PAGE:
November 18, 2014

Movie Review: Nightcrawler

Do you ever see a trailer for a movie that seems to come out of nowhere? An unassuming little thing that does not, on the surface, have any high aspirations?A movie that features a known actor, yet feels like it a B-side? That is what I felt with Nightcrawler. The trailers played and I was curious, but nonplussed. I cannot quite explain it, but this movie seemed mildly interesting, but it was not one that seemed to get much of a promotional push, and considering how it seemed to appear with little fanfare, I did not get all that excited about. Still, there was something alluring about it, there was something that grabbed my interest and it may have taken a few weeks, but I finally went to see it. I am glad I did.

The movie was written and directed by Dan Gilroy. Gilroy is best known as a screenwriter, his career began with Freejack in 1992, seems to have peeked with The Fall in 2006, but was also involved in the enjoyable Real Steel and The Bourne Legacy. Now, he seems to have stepped up his game with Nightcrawler, it is a fascinating glimpse into the mind of a sociopath, one of the better representations of one since Christian Bale brought us Patrick Bateman in American Psycho. This time around we have Jake Gyllenhaal and Louis Bloom. Trust me, this dude is creepy, the scary kind of creepy.

The movie opens and we see Bloom cutting chain link fencing with a set of bolt cutters. A security guard drives up, questions him, and the next thing we see is Bloom driving while wearing the guards watch. It does not take long for him to be revealed as a guy we probably don't want to know. He is a thief who will steal and sell whatever he can for a buck. Sort of. The guy is well spoken, knows how to bargain and just has the creepy aura about him. Shortly after selling some stolen goods, he is driving and comes across a car accident. He stops and looks. He watches the police rescue the woman in the car as an independent news crew rolls up to film it. Bloom listens as the newsguy (Bill Paxton) sells the footage. Bloom has an idea.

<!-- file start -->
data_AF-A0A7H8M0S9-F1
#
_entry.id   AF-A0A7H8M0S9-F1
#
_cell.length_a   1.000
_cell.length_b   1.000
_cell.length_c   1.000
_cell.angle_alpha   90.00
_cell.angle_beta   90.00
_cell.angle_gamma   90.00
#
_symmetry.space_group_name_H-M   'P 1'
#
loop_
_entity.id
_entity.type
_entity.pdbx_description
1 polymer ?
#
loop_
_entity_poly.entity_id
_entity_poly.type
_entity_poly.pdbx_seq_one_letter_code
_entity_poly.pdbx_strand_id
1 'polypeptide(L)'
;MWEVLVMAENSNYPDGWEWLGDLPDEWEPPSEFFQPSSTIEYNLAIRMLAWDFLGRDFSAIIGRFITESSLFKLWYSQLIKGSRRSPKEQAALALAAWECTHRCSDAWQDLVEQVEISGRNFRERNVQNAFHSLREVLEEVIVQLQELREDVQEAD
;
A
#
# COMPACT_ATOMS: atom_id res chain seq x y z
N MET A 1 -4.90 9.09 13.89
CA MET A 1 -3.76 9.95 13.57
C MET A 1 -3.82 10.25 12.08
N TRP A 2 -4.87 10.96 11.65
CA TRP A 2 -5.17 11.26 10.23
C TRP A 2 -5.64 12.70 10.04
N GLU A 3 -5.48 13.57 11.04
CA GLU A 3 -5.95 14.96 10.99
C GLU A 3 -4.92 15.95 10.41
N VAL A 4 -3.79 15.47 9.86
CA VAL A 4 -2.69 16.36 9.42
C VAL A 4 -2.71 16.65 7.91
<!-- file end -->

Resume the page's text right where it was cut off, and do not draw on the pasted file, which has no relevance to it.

Buying a police scanner and a camcorder, Bloom takes to the night streets in search of human wreckage. With some guidance from a slightly unscrupulous nes director (Rene Russo), Bloom searches for more and more carnage to film and sell. It gets to the point where Bloom is not above creating some of the news, starting by doctoring accident scenes before the police arrive. It gets worse from there.

On the surface, that sounds bad, but what makes it worse is how he is as he does it. He goes about it with a complete lack of emotion, a lack of empathy, almost robot like. It is unsettling, seriously. Gyllenhaal has this way about him, that stare, the smile, the way he talks over everything, it is a performance that takes the movie to the next level. It is pretty fascinating to watch as he hires help and goes about collecting footage to sell.

There is something about his sociopathic behavior that makes the movie so interesting. It reminded me a little bit of Man Bites Dog. In that film, a film crew follows a serial killer around as he does his business, it then reaches a point where the film crew begins assisting him in body disposal and murder. It is not exactly the same here, but it is just a matter of time before the man documenting the news starts to create the news, or at the very least, manipulate it.

I went into Nightcrawler with very little expectations, I walked away with a smile on my face knowing I saw a legitimately good film. It is not a great one, it is not exactly deep and does not really explore Bloom's mind, but what it does do is take us into his world and makes us look at it. I think that is enough. Besides making you want to question whatever is presented as the truth, it makes you wonder about the people behind it, what is going on in their heads. It can be pretty frightening. Bloom is pretty frightening. You also may want to rethink what you perceive as a B or lesser movie, they may hold the biggest surprises.


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